Fwd: States visit to USA
- The following article was forwarded to me by Ms. Rose Tanui of Nairobi,
Kenya from Nyaringo Mokau, a Kenyan living in the USA. President Bush is
in a bind and needs soldiers from every country but his own to die for
American imperialism. Since the Vietnam War, Americans have had little
tolerance for shedding their own blood for imperialist superprofits. Of
course it makes no sense to shed blood to make someone else rich, and
President Kibaki would do well to have nothing to do with American
imperialism and steer Kenya on an independent and self-sufficient course.
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America doesn�t love for nothing
By Nyaringo Mokau
It was a red carpet reception, befitting the Queen of England.
Those of us living in the United States kept our eyes glued on television watching the colourful ceremony through the national broadcast � PBS.
The US gesture to President Mwai Kibaki and his delegation made us feel proud.
What engulfed the minds of many Kenyans is why the US did this to a third world leader, who is yet to make an impact.
Scepticism abounds among Kenyans who watched the reception as it unfolded.
The US is a country known to work with you only on the concept of quid pro quo.
In any deal, they analyse what they will gain in return. It is against this background that the Kenyan Government should be careful.
The only way the US compromises third world leaders is by rolling the carpet and treating them with phoney and sarcastic respect.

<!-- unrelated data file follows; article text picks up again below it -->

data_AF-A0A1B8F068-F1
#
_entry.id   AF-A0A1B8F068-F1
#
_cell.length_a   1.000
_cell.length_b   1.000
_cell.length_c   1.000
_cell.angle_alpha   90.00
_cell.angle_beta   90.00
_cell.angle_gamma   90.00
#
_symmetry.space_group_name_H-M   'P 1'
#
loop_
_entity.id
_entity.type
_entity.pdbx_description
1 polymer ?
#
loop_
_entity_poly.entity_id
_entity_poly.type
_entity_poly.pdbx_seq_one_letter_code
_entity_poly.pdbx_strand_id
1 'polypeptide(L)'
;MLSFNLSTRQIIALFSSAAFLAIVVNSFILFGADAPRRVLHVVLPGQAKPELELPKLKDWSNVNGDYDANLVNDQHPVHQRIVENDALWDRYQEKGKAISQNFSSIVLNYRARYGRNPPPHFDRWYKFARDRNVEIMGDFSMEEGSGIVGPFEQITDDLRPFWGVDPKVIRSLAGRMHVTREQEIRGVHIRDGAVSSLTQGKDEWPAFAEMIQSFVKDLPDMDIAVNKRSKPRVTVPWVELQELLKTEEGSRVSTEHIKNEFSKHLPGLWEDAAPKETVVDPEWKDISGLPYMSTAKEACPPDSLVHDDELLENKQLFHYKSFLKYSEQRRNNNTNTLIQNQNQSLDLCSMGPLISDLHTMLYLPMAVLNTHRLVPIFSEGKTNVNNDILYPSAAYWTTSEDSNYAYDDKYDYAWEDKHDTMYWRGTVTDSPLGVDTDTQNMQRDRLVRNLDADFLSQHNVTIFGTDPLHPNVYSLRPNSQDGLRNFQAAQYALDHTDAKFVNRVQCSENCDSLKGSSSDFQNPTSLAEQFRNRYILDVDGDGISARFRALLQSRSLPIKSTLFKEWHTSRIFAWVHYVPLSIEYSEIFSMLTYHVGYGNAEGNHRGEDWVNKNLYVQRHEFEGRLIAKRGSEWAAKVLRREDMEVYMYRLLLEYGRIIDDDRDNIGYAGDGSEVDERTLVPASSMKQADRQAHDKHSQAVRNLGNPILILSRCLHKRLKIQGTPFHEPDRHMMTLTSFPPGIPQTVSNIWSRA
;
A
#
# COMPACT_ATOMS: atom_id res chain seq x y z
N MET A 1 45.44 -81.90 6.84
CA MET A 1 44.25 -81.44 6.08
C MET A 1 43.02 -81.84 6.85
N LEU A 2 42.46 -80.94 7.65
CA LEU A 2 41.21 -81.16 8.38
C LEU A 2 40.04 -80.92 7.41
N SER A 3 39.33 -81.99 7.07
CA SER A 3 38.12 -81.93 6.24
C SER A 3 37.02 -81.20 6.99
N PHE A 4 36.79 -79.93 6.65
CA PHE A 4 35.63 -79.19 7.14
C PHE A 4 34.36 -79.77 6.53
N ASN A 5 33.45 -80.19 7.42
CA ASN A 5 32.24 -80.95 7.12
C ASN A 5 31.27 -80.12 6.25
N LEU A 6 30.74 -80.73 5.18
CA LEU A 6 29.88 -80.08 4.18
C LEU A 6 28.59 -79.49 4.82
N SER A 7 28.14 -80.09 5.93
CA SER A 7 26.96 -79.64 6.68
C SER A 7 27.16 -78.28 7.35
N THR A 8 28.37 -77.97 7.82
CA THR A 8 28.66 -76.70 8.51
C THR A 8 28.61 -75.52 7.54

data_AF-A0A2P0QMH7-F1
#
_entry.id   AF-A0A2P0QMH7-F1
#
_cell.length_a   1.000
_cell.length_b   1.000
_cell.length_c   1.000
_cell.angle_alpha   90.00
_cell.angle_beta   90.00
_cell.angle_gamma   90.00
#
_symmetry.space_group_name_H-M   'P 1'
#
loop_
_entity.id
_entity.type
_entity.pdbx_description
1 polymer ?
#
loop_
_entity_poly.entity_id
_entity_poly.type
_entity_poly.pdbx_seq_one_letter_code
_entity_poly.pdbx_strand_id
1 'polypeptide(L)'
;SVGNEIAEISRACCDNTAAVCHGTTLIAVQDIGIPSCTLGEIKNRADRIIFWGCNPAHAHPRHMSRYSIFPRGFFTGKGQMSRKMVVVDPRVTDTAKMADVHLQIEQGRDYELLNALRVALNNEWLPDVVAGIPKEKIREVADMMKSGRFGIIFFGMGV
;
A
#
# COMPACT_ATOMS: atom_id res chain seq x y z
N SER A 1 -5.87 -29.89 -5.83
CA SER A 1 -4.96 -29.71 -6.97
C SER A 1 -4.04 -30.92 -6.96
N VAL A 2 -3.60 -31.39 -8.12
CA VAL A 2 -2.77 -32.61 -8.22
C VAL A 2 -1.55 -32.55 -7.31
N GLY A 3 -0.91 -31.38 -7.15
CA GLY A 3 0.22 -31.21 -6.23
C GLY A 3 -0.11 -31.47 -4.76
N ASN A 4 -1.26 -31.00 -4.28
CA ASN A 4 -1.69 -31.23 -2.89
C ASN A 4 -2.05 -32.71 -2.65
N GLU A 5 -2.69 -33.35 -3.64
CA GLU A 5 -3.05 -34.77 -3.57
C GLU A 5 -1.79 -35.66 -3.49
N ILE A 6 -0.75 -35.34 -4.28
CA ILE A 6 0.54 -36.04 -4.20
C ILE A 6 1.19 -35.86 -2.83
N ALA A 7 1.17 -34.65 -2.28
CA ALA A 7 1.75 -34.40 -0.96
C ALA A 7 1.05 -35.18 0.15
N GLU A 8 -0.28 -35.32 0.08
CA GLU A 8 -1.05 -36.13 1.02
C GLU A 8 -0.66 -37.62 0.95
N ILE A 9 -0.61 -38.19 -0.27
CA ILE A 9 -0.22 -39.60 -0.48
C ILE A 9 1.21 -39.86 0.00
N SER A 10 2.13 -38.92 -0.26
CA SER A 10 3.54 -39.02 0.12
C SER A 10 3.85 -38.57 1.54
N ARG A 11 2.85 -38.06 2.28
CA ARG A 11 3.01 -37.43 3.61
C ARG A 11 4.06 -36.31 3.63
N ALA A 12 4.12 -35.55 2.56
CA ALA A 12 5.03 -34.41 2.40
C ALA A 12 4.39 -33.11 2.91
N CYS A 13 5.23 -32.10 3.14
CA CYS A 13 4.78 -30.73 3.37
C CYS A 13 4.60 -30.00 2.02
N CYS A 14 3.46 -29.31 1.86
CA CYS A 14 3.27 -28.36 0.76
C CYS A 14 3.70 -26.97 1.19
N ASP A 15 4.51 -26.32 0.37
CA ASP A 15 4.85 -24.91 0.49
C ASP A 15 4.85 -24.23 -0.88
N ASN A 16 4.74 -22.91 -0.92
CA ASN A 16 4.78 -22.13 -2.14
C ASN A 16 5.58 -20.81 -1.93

When this is done, the leaders are always on the affirmative, agreeing to all the US wants. They lose sight of the subject of their mission. They end up not accomplishing any mission.
At the end of the day, the US takes it all.
When the US waged war against Afghanistan in their war against international terrorism, President George Bush rolled the carpet for the Pakistan President Musharaf.
The US was finally allowed by Pakistan to use their bases in waging war which kicked out the Taliban regime.
Ironically, Pakistan has gained nothing; Islamic fundamentalism is on the rise; President Ali Musharaf�s personal security is on dire straits and the prevalence of tension between Pakistan and India over the disputed province of Kashmir continues.
This is despite the US� pledge to assist in brokering a negotiation between Pakistan and India over the disputed province of Kashmir.
Where is quid pro quo?
You can see who gains. Kenya does not want to fall into this trap.
Even though we are submerged in economic crisis � unemployment, poverty and HIV/Aids, we do not have to betray our sovereignty.
Kenyan should be vigilant with this phoney US friendship. Until we see tangible gains, we cannot say Kibaki�s mission to Washington was successful.
There is an increase in anti-Americanism globally after she invaded Iraq whose aftermath continue to cost at least seven US soldiers every week.
President Bush desperately wants troops to supplement the tired US squads in Iraq.
He could be eyeing Kenya for military support.
The writer is a Kenyan living in New Jersey-USA